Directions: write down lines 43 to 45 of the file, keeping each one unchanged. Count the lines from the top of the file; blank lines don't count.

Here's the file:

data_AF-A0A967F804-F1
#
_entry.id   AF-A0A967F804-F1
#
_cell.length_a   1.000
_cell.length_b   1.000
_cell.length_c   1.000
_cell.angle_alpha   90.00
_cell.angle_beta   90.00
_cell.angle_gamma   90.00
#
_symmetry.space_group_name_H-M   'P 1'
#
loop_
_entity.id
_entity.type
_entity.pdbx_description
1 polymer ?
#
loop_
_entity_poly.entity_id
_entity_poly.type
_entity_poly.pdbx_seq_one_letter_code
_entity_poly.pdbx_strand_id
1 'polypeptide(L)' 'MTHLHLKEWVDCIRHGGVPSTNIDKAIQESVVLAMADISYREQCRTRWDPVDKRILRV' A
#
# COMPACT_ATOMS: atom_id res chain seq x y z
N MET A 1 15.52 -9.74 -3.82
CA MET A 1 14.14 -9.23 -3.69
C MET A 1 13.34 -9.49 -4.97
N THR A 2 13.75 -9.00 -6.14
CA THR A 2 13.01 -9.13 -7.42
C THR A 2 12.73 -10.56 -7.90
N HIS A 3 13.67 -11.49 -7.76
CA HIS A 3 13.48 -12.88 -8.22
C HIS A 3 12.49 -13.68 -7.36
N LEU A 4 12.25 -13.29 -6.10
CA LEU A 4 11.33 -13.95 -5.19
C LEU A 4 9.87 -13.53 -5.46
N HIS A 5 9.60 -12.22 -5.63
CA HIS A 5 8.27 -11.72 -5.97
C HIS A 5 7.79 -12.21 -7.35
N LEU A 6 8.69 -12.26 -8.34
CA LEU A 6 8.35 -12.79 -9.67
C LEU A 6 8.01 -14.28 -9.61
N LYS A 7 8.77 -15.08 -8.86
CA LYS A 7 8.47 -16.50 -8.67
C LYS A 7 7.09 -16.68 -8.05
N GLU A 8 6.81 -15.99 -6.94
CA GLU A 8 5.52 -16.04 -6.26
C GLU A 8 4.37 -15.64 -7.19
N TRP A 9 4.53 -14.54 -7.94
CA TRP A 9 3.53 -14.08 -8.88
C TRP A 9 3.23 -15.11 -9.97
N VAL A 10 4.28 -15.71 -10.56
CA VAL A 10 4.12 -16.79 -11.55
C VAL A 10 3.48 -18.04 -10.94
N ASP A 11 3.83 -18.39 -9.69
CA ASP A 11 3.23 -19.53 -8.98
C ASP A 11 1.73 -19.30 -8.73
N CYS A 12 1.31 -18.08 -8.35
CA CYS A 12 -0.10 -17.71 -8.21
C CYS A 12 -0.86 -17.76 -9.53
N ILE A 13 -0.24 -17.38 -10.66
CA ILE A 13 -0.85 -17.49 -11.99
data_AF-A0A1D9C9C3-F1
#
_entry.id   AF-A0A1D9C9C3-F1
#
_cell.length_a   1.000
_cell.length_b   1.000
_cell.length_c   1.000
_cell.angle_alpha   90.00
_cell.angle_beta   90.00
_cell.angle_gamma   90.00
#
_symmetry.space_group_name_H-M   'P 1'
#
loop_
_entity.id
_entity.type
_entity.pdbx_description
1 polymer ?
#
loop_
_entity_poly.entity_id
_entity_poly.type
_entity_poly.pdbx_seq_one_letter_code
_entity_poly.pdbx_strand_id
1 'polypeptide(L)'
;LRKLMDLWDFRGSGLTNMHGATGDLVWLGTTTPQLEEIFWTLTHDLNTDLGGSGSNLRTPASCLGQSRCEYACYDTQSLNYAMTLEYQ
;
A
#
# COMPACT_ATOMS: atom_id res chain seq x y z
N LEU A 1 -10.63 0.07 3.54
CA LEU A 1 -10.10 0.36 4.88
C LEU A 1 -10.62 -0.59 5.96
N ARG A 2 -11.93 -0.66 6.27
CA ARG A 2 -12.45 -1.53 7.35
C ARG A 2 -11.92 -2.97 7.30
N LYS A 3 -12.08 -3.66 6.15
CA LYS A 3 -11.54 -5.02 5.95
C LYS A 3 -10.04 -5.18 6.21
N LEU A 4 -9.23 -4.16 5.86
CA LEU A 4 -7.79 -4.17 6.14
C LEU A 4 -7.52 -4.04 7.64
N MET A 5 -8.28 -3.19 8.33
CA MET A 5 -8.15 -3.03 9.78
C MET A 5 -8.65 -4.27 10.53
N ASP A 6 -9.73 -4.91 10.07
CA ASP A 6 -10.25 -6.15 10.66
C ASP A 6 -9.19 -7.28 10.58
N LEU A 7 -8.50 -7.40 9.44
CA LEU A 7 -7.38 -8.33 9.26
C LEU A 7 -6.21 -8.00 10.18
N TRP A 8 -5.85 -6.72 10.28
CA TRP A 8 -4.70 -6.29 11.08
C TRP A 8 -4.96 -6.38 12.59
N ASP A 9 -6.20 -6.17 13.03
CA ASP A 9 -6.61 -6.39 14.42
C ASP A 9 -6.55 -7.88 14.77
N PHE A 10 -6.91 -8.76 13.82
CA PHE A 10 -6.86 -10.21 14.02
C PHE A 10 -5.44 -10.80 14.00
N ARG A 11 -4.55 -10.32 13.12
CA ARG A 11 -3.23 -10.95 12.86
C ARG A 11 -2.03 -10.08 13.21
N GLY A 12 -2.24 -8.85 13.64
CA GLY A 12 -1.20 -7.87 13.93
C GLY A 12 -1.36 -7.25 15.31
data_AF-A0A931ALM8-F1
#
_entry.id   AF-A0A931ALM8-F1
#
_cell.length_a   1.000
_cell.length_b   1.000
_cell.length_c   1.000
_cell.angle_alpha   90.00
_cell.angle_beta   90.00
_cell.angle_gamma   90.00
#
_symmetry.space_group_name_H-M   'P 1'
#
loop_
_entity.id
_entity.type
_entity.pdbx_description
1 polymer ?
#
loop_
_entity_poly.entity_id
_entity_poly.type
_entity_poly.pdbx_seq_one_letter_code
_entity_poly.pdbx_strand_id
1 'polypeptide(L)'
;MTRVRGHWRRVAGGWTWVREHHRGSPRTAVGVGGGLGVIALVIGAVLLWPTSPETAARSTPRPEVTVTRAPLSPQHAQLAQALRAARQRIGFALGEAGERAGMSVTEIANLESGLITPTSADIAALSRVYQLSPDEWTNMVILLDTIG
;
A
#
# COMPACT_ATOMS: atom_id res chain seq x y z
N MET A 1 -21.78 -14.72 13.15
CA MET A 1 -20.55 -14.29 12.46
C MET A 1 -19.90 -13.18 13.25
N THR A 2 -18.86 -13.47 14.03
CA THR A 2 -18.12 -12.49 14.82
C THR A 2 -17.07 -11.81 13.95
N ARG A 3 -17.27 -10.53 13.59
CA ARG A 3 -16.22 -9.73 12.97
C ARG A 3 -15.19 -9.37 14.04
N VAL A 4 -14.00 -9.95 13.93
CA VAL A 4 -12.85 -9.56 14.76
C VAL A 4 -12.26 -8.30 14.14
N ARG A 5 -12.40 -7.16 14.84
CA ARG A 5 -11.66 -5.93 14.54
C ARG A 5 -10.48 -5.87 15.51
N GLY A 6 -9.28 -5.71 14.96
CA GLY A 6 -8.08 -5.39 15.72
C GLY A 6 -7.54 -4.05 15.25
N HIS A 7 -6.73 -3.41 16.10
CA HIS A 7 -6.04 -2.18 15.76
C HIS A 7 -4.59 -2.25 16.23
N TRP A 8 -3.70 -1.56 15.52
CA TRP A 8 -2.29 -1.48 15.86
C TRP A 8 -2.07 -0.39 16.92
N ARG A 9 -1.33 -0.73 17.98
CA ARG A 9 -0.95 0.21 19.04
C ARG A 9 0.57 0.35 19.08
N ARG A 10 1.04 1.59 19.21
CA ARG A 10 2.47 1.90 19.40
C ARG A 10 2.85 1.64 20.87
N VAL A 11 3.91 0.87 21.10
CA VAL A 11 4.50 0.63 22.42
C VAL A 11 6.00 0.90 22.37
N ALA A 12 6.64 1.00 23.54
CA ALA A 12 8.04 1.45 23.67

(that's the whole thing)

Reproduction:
N LEU A 6 8.69 -12.26 -8.34
CA LEU A 6 8.35 -12.79 -9.67
C LEU A 6 8.01 -14.28 -9.61